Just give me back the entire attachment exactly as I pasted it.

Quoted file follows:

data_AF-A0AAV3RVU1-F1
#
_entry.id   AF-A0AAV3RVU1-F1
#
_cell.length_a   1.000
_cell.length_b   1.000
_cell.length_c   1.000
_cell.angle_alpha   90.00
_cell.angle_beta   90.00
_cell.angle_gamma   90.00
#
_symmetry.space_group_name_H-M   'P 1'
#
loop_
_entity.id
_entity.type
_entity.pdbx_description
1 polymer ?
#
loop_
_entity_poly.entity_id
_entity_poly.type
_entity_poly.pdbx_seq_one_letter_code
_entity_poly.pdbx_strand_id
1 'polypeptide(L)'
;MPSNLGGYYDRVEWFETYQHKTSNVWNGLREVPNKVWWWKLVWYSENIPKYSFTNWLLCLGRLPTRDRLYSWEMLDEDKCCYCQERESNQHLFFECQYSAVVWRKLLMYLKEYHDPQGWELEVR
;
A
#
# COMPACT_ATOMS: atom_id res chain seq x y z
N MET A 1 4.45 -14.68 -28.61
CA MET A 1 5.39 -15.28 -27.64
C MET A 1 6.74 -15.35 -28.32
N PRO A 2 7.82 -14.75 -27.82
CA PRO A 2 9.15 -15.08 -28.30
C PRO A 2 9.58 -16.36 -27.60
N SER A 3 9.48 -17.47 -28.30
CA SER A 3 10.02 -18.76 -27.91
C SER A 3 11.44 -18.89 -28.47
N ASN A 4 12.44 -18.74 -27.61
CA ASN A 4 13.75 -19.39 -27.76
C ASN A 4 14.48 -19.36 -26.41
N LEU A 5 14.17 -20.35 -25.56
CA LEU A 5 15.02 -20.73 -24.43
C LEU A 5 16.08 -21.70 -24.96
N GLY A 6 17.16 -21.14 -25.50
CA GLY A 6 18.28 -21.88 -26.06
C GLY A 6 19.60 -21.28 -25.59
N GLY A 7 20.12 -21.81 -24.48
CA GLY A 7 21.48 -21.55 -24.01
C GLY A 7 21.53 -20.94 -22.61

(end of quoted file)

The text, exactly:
data_AF-A0AAV3RVU1-F1
#
_entry.id   AF-A0AAV3RVU1-F1
#
_cell.length_a   1.000
_cell.length_b   1.000
_cell.length_c   1.000
_cell.angle_alpha   90.00
_cell.angle_beta   90.00
_cell.angle_gamma   90.00
#
_symmetry.space_group_name_H-M   'P 1'
#
loop_
_entity.id
_entity.type
_entity.pdbx_description
1 polymer ?
#
loop_
_entity_poly.entity_id
_entity_poly.type
_entity_poly.pdbx_seq_one_letter_code
_entity_poly.pdbx_strand_id
1 'polypeptide(L)'
;MPSNLGGYYDRVEWFETYQHKTSNVWNGLREVPNKVWWWKLVWYSENIPKYSFTNWLLCLGRLPTRDRLYSWEMLDEDKCCYCQERESNQHLFFECQYSAVVWRKLLMYLKEYHDPQGWELEVR
;
A
#
# COMPACT_ATOMS: atom_id res chain seq x y z
N MET A 1 4.45 -14.68 -28.61
CA MET A 1 5.39 -15.28 -27.64
C MET A 1 6.74 -15.35 -28.32
N PRO A 2 7.82 -14.75 -27.82
CA PRO A 2 9.15 -15.08 -28.30
C PRO A 2 9.58 -16.36 -27.60
N SER A 3 9.48 -17.47 -28.30
CA SER A 3 10.02 -18.76 -27.91
C SER A 3 11.44 -18.89 -28.47
N ASN A 4 12.44 -18.74 -27.61
CA ASN A 4 13.75 -19.39 -27.76
C ASN A 4 14.48 -19.36 -26.41
N LEU A 5 14.17 -20.35 -25.56
CA LEU A 5 15.02 -20.73 -24.43
C LEU A 5 16.08 -21.70 -24.96
N GLY A 6 17.16 -21.14 -25.50
CA GLY A 6 18.28 -21.88 -26.06
C GLY A 6 19.60 -21.28 -25.59
N GLY A 7 20.12 -21.81 -24.48
CA GLY A 7 21.48 -21.55 -24.01
C GLY A 7 21.53 -20.94 -22.61